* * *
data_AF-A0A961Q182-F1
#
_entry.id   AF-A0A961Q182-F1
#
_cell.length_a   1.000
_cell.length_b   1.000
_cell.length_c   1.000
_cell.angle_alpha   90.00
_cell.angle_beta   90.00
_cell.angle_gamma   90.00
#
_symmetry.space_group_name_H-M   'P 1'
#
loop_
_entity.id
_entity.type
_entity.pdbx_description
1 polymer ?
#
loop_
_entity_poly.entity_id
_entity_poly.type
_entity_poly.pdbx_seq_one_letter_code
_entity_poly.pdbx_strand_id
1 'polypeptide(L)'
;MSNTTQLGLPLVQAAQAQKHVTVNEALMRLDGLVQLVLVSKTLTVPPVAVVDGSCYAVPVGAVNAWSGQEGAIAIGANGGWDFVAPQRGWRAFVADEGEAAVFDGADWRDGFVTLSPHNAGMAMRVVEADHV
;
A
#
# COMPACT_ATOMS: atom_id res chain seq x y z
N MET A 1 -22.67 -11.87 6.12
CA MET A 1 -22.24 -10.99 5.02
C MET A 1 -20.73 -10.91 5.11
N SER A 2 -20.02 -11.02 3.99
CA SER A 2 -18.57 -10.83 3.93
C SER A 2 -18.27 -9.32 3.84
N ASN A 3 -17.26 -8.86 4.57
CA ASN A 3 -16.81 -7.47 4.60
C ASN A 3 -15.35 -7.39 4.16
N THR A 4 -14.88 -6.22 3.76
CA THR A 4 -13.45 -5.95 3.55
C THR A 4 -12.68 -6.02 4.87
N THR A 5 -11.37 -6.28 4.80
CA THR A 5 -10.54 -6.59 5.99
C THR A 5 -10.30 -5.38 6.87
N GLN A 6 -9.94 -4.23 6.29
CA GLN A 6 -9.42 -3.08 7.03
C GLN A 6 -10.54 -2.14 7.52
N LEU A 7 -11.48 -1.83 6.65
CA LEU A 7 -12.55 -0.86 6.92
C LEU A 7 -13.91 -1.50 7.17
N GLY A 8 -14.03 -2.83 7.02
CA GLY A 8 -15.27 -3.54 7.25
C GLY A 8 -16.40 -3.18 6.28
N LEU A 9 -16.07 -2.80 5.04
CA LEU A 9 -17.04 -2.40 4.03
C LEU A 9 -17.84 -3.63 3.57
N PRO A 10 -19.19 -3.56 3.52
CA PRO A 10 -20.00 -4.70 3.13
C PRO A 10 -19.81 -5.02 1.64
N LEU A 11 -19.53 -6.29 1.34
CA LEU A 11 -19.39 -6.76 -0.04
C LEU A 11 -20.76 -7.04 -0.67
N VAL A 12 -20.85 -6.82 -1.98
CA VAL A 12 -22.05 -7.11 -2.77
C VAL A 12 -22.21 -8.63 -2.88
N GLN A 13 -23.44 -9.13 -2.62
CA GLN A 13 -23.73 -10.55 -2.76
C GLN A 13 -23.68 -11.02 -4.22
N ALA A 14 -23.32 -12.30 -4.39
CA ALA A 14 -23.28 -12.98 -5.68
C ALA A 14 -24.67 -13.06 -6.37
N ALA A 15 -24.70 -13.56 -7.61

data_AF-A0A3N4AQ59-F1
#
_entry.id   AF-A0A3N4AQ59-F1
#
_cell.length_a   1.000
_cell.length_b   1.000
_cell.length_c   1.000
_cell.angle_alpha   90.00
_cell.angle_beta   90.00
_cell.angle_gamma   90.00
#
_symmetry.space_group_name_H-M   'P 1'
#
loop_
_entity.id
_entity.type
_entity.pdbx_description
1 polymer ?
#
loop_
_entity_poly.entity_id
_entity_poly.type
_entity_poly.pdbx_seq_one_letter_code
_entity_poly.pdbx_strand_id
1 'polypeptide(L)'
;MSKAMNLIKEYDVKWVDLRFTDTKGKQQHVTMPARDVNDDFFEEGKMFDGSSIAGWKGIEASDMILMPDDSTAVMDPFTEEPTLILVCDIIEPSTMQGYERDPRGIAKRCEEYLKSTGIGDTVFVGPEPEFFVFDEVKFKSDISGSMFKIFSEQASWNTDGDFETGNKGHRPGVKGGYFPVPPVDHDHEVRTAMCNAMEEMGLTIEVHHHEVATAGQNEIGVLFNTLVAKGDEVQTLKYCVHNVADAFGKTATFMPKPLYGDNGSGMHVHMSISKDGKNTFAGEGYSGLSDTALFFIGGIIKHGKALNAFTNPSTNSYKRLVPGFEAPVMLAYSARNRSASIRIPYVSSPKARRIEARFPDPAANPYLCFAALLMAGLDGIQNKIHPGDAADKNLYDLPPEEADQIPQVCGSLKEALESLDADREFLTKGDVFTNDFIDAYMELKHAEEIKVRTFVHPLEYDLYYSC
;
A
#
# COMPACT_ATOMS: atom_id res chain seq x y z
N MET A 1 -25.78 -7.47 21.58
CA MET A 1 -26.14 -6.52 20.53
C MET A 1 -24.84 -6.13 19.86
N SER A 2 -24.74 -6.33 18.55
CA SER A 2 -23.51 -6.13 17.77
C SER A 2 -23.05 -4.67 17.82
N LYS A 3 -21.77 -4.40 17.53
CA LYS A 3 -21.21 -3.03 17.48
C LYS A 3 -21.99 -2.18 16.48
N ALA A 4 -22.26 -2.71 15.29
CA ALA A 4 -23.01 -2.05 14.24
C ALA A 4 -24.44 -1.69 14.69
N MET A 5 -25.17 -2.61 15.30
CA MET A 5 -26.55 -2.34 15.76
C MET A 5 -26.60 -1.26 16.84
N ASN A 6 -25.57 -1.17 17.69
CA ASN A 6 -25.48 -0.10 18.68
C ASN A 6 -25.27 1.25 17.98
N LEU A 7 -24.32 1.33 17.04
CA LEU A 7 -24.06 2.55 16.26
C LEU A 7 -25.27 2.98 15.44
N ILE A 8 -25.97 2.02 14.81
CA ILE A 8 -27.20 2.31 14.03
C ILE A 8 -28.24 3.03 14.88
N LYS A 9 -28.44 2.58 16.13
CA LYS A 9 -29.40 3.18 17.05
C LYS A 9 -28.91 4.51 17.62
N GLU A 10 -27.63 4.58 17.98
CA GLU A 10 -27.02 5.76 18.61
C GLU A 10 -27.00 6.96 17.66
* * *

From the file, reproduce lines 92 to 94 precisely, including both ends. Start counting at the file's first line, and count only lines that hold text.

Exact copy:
#
loop_
_entity_poly.entity_id